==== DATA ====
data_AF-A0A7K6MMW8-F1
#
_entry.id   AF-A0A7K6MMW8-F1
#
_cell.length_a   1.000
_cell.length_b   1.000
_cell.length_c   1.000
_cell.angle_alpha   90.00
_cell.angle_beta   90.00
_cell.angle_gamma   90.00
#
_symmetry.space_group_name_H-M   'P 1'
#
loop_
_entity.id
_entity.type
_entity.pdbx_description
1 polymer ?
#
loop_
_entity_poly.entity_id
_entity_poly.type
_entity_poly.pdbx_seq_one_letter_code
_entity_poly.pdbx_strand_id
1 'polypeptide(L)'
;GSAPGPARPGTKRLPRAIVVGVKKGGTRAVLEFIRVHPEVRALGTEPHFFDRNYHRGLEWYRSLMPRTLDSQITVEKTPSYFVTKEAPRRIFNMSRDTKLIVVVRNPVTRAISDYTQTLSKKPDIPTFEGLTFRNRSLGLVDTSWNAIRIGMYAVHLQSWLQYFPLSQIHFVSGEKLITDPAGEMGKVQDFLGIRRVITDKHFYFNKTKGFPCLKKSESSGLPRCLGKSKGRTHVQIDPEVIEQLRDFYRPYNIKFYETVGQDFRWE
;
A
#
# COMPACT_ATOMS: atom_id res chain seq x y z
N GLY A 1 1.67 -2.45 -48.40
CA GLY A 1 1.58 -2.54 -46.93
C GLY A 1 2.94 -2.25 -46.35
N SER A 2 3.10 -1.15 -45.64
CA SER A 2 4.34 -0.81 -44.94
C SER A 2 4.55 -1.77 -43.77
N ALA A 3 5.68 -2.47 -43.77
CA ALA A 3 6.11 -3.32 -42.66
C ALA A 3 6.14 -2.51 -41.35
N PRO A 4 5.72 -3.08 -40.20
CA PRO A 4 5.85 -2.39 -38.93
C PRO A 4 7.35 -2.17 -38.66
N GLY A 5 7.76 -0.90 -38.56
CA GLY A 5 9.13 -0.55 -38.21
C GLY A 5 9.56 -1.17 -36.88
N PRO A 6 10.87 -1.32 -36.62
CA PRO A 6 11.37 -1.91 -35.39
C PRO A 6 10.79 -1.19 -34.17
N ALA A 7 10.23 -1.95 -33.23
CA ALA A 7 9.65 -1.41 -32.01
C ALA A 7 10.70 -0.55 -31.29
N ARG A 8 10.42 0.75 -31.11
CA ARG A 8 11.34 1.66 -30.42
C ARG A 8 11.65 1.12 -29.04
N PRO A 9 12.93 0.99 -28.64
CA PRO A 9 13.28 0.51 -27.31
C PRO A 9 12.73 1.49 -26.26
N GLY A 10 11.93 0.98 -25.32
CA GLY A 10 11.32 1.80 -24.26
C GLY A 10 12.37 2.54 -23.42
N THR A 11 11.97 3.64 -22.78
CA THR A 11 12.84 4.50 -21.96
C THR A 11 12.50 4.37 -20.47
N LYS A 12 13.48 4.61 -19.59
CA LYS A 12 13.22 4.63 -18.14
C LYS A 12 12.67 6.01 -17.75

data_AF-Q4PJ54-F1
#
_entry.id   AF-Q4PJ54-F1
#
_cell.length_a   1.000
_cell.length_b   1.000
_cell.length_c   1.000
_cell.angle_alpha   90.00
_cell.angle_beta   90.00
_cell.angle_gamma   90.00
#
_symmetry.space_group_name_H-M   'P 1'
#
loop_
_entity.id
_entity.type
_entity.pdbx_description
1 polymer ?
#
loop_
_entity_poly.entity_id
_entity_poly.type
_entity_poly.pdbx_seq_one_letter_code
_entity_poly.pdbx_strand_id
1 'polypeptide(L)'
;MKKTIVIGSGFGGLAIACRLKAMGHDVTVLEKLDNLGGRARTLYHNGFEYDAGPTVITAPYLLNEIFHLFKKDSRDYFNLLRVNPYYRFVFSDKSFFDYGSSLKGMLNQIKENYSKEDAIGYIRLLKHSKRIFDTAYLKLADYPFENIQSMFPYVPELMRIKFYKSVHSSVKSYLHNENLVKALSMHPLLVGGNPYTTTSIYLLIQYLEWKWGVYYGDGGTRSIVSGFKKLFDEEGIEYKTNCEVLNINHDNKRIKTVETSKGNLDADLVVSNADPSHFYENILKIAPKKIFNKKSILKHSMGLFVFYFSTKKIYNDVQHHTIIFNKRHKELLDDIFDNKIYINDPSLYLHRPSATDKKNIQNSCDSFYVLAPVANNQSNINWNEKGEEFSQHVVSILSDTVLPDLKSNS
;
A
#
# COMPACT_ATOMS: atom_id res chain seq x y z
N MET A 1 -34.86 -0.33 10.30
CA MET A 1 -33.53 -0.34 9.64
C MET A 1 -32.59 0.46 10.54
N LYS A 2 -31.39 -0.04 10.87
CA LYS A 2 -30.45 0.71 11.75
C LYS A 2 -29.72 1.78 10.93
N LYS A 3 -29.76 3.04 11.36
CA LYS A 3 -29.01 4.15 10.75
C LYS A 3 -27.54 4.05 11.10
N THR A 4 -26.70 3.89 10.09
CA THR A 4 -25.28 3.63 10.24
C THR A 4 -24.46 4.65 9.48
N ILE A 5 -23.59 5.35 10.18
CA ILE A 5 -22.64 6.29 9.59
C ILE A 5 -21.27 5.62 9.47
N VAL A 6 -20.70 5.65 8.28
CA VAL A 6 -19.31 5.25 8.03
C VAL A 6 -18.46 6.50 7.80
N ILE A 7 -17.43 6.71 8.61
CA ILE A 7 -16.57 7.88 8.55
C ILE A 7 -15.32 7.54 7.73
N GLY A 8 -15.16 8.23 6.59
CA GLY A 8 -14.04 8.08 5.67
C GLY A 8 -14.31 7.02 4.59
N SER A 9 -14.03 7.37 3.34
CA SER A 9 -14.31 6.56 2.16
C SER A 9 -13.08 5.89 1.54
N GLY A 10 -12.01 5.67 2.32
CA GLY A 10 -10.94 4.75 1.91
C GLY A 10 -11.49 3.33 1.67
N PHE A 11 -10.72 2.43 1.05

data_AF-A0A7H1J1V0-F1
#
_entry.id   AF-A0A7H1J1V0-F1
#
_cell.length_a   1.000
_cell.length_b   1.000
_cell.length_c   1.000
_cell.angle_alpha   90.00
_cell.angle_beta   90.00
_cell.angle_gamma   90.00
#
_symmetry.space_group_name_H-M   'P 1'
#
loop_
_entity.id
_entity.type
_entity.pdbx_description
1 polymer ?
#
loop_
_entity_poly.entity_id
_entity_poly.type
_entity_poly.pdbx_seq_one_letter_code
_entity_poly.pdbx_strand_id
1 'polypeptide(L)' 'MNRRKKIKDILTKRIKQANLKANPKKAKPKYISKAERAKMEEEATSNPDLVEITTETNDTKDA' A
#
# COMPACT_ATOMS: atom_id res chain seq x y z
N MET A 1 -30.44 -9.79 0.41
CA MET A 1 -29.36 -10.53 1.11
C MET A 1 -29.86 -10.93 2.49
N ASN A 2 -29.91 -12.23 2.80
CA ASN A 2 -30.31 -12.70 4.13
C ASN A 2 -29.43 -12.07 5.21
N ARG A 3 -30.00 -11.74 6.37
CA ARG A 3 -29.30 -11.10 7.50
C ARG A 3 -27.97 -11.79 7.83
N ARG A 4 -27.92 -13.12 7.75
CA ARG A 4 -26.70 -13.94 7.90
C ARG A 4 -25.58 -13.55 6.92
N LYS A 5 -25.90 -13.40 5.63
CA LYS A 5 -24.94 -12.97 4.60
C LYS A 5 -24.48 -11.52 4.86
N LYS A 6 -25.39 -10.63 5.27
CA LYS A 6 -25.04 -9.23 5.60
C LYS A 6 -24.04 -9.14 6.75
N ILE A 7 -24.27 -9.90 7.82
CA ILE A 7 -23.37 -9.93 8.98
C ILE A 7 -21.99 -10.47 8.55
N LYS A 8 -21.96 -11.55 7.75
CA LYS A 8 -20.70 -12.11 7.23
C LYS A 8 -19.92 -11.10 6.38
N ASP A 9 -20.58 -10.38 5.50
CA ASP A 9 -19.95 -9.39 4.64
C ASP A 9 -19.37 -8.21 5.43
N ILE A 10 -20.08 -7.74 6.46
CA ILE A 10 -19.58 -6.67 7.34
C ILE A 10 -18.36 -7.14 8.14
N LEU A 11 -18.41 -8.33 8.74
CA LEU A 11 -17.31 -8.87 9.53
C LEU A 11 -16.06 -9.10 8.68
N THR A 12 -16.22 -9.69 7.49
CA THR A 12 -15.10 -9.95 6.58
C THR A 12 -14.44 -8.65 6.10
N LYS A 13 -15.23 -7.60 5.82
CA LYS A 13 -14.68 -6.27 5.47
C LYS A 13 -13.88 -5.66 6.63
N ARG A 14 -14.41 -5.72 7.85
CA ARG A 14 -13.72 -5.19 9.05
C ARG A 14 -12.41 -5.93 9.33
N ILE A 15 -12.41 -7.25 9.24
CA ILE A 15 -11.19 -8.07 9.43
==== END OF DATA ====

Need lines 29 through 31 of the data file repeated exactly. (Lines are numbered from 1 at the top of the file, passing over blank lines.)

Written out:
#
# COMPACT_ATOMS: atom_id res chain seq x y z
N GLY A 1 1.67 -2.45 -48.40